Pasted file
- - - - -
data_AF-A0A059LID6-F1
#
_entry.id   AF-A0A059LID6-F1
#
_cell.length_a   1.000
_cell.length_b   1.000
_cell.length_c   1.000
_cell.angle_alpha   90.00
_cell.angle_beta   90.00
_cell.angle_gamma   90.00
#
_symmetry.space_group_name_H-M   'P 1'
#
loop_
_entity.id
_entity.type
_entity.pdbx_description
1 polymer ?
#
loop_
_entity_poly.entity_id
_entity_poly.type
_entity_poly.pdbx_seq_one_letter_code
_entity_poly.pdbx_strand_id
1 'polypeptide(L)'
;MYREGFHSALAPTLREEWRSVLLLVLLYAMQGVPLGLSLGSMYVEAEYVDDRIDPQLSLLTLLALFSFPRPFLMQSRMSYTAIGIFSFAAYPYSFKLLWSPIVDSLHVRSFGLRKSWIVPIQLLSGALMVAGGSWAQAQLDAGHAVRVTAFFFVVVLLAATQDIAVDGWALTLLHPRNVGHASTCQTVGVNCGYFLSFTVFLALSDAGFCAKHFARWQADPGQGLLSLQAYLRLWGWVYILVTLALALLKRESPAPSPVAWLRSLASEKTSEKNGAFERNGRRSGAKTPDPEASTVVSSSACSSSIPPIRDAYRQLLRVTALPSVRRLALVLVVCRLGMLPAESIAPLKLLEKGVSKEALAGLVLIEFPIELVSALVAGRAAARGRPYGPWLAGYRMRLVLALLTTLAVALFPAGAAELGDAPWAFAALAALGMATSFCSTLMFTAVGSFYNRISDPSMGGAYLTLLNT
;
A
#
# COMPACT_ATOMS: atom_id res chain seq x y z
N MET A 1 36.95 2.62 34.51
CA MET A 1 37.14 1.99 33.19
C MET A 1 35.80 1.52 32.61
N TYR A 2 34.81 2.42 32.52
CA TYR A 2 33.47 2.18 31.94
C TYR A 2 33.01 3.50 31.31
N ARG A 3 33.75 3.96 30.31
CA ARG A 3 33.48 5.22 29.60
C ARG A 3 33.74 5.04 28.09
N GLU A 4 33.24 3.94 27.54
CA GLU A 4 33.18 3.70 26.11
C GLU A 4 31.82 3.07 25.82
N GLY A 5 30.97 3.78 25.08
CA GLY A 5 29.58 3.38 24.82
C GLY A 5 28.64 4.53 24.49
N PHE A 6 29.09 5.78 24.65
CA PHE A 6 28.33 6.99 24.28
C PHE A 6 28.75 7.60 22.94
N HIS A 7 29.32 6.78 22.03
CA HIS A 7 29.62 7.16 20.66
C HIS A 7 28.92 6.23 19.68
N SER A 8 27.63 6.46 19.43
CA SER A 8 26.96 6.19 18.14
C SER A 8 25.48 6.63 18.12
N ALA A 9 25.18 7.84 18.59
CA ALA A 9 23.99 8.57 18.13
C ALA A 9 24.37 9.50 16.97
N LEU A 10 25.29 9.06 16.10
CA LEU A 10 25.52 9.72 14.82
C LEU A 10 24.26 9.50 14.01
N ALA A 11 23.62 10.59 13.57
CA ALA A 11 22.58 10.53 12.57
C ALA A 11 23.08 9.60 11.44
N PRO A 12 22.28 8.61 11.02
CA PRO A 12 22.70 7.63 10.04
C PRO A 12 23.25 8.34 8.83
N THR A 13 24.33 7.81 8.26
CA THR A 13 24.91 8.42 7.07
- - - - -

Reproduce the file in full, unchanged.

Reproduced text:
data_AF-A0A059LID6-F1
#
_entry.id   AF-A0A059LID6-F1
#
_cell.length_a   1.000
_cell.length_b   1.000
_cell.length_c   1.000
_cell.angle_alpha   90.00
_cell.angle_beta   90.00
_cell.angle_gamma   90.00
#
_symmetry.space_group_name_H-M   'P 1'
#
loop_
_entity.id
_entity.type
_entity.pdbx_description
1 polymer ?
#
loop_
_entity_poly.entity_id
_entity_poly.type
_entity_poly.pdbx_seq_one_letter_code
_entity_poly.pdbx_strand_id
1 'polypeptide(L)'
;MYREGFHSALAPTLREEWRSVLLLVLLYAMQGVPLGLSLGSMYVEAEYVDDRIDPQLSLLTLLALFSFPRPFLMQSRMSYTAIGIFSFAAYPYSFKLLWSPIVDSLHVRSFGLRKSWIVPIQLLSGALMVAGGSWAQAQLDAGHAVRVTAFFFVVVLLAATQDIAVDGWALTLLHPRNVGHASTCQTVGVNCGYFLSFTVFLALSDAGFCAKHFARWQADPGQGLLSLQAYLRLWGWVYILVTLALALLKRESPAPSPVAWLRSLASEKTSEKNGAFERNGRRSGAKTPDPEASTVVSSSACSSSIPPIRDAYRQLLRVTALPSVRRLALVLVVCRLGMLPAESIAPLKLLEKGVSKEALAGLVLIEFPIELVSALVAGRAAARGRPYGPWLAGYRMRLVLALLTTLAVALFPAGAAELGDAPWAFAALAALGMATSFCSTLMFTAVGSFYNRISDPSMGGAYLTLLNT
;
A
#
# COMPACT_ATOMS: atom_id res chain seq x y z
N MET A 1 36.95 2.62 34.51
CA MET A 1 37.14 1.99 33.19
C MET A 1 35.80 1.52 32.61
N TYR A 2 34.81 2.42 32.52
CA TYR A 2 33.47 2.18 31.94
C TYR A 2 33.01 3.50 31.31
N ARG A 3 33.75 3.96 30.31
CA ARG A 3 33.48 5.22 29.60
C ARG A 3 33.74 5.04 28.09
N GLU A 4 33.24 3.94 27.54
CA GLU A 4 33.18 3.70 26.11
C GLU A 4 31.82 3.07 25.82
N GLY A 5 30.97 3.78 25.08
CA GLY A 5 29.58 3.38 24.82
C GLY A 5 28.64 4.53 24.49
N PHE A 6 29.09 5.78 24.65
CA PHE A 6 28.33 6.99 24.28
C PHE A 6 28.75 7.60 22.94
N HIS A 7 29.32 6.78 22.03
CA HIS A 7 29.62 7.16 20.66
C HIS A 7 28.92 6.23 19.68
N SER A 8 27.63 6.46 19.43
CA SER A 8 26.96 6.19 18.14
C SER A 8 25.48 6.63 18.12
N ALA A 9 25.18 7.84 18.59
CA ALA A 9 23.99 8.57 18.13
C ALA A 9 24.37 9.50 16.97
N LEU A 10 25.29 9.06 16.10
CA LEU A 10 25.52 9.72 14.82
C LEU A 10 24.26 9.50 14.01
N ALA A 11 23.62 10.59 13.57
CA ALA A 11 22.58 10.53 12.57
C ALA A 11 23.08 9.60 11.44
N PRO A 12 22.28 8.61 11.02
CA PRO A 12 22.70 7.63 10.04
C PRO A 12 23.25 8.34 8.83
N THR A 13 24.33 7.81 8.26
CA THR A 13 24.91 8.42 7.07